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Building opportunities: CREW Careers offers girls a glimpse into the diverse world of commercial real estate

April 14, 2008

While one college basketball team just completed its journey to a national championship, CREW Network's women hope they're on a similar winning path-a path to scoring parity in the male-dominated field of commercial real estate.

The Commercial Real Estate Women Network is a national member organization dedicated to the advancement of women in commercial real estate. It has 66 chapters, including one in Indianapolis.

In 2005, CREW Network completed the industry's first comprehensive study of the status of women in commercial real estate. The findings documented that gender-based disparities exist in compensation levels, number of management positions held and numbers of women working in the field.

As one way to meet the challenge, CREW's national foundation introduced "CREW Careers: Building Opportunities," a program that teaches teen girls about the wide variety of jobs available within c o m m e r c i a l real estate. It is also a way to increase the visibility of women in the profession.

IndyCREW l a u n c h e d CREW Careers in March, one of 28 chapters participating this year. Local co-chairwoman Andie Friedman was inspired to help start the program after seeing a video at CREW's national convention in 2006.

The Indianapolis program will mimic what recently happened in Charlotte, N.C., where the CREW chapter had teens participate in a challenge called "This Old Building."

The chapter identified a former bank headquarters building in uptown Charlotte that had been vacant for four years. Chapter members, who work in diverse professions within commercial real estate, presented a number of different development options for the site.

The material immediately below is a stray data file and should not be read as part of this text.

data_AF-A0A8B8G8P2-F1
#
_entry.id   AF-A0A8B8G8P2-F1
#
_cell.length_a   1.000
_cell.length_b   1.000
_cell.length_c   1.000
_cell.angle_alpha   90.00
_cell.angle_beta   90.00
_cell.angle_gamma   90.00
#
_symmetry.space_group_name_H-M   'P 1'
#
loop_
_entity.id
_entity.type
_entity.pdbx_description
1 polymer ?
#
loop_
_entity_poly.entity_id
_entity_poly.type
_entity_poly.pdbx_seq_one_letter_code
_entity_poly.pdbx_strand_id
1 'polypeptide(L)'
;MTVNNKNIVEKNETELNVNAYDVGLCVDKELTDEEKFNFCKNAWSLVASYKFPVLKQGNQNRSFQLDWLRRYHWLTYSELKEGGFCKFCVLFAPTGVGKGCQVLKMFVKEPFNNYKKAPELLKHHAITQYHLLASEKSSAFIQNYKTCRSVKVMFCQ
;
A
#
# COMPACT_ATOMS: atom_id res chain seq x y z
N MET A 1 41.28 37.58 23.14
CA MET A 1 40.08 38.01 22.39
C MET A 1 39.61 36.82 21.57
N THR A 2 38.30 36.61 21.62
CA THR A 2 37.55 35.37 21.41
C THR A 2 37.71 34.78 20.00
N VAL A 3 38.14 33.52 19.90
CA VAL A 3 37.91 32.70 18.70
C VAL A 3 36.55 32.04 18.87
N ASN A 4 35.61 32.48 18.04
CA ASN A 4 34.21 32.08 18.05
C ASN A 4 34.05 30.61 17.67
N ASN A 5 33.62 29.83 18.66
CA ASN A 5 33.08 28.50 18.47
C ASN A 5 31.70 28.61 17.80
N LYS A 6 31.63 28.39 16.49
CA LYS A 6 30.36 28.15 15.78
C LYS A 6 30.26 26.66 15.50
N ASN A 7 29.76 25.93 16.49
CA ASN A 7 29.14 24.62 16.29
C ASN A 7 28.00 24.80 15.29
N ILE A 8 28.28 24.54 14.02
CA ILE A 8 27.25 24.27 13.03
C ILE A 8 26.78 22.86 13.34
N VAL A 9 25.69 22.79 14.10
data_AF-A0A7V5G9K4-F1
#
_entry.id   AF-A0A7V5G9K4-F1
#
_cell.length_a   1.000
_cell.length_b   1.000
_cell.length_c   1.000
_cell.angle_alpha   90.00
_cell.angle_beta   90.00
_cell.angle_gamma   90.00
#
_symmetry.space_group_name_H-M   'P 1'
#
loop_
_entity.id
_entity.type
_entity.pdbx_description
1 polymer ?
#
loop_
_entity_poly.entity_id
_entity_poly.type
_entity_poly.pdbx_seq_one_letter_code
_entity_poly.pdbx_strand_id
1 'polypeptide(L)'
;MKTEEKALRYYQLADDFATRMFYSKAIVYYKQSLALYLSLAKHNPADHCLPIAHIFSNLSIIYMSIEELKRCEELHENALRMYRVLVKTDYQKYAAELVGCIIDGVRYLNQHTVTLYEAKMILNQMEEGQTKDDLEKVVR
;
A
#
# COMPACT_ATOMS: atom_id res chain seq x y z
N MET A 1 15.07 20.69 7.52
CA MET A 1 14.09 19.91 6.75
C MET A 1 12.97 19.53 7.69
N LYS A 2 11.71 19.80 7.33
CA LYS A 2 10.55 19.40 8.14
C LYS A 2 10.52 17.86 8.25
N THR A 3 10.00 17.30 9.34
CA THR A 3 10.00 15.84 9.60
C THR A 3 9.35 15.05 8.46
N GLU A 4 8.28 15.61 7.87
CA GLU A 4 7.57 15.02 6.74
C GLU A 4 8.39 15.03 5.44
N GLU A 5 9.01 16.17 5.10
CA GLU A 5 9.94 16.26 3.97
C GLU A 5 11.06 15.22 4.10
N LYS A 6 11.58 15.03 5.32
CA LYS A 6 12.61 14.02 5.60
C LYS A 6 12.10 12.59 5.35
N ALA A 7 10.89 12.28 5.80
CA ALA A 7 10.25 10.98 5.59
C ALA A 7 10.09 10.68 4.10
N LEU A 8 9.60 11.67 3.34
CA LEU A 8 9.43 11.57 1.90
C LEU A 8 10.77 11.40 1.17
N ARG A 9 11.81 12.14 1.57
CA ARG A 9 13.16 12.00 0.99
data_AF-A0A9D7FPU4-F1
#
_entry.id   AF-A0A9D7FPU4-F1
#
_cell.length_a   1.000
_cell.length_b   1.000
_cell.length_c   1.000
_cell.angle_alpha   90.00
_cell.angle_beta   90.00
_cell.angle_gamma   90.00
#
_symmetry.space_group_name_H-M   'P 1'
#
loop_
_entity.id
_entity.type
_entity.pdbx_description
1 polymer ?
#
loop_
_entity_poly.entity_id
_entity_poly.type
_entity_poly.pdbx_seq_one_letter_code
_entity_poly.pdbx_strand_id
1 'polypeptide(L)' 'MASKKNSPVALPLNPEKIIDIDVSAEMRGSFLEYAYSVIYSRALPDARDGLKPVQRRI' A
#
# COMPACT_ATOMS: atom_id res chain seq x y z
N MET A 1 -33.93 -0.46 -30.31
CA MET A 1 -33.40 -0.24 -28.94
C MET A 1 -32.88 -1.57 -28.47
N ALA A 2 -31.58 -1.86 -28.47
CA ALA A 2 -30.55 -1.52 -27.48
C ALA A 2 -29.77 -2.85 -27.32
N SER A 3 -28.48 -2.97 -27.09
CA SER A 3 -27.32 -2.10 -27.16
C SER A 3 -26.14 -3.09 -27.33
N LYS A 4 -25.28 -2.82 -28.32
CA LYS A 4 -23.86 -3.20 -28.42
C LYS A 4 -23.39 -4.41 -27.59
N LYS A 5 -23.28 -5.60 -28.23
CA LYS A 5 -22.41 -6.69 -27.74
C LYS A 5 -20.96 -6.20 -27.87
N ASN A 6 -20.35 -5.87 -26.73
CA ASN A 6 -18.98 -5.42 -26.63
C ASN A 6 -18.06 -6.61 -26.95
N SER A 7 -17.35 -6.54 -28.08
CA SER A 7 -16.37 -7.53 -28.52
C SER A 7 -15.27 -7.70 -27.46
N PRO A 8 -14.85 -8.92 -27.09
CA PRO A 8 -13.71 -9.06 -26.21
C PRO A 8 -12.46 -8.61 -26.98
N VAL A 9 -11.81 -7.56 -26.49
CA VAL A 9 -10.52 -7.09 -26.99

"The girls gleaned information from each presentation and when they broke into groups, they created their own development ideas," said Nancy Olah, a Charlotte attorney who is national co-chairwoman for CREW Careers.

That's exactly what IndyCREW has in mind for the 48 girls participating from KIPP Indianapolis College Preparatory School, a charter school on East 30th Street. The eighth-graders attended a pre-program scavenger hunt on March 14 that involved touring several construction and renovation sites.

On April 18, the girls will meet with local women real estate professionals at the former Coca-Cola Bottling Plant on Massachusetts Avenue. They will then break into groups and present their redevelopment ideas for the property to a panel of Indianapolis business leaders.

Friedman, the local chairwoman and a director in the real estate services group of local accounting firm Katz Sapper & Miller, says the program has goals beyond commercial real estate. Besides increasing gender and ethnic diversity in the industry, the program should help boost the number of young women entering college, she says.

"We want the girls to be aware of possibilities available to them within the field of commercial real estate," she said. "But even if girls aren't interested in real estate, we want to show them what they can do with a college degree. That's Kipp's goal-to see that all of the students attend college-so that's what makes this such a great partnership."

It's also an opportunity to showcase the accessibility of real estate careers, Charlotte's Olah says. "I always tell the girls at the beginning of our program that unlike a lot of 'glamour' professions-TV, media, sports or fashion-we have lots of good, high-paying jobs with skills you can learn."

Commercial real estate jobs are found in a variety of fields that don't always have "real estate" attached to their names. Attorneys, accountants, engineers, environmentalists and bankers can all concentrate on real estate. Architects, interior designers and traffic engineers also work in the field.

Olah says CREW members are committed to making a difference in the lives of the girls and in the profession.

"We can change the face of commercial real estate within the next generation if we can get more high school and collegeage women ... exposed to these careers. They don't have to be a teacher, nurse or secretary. They have good options for well-paying jobs."
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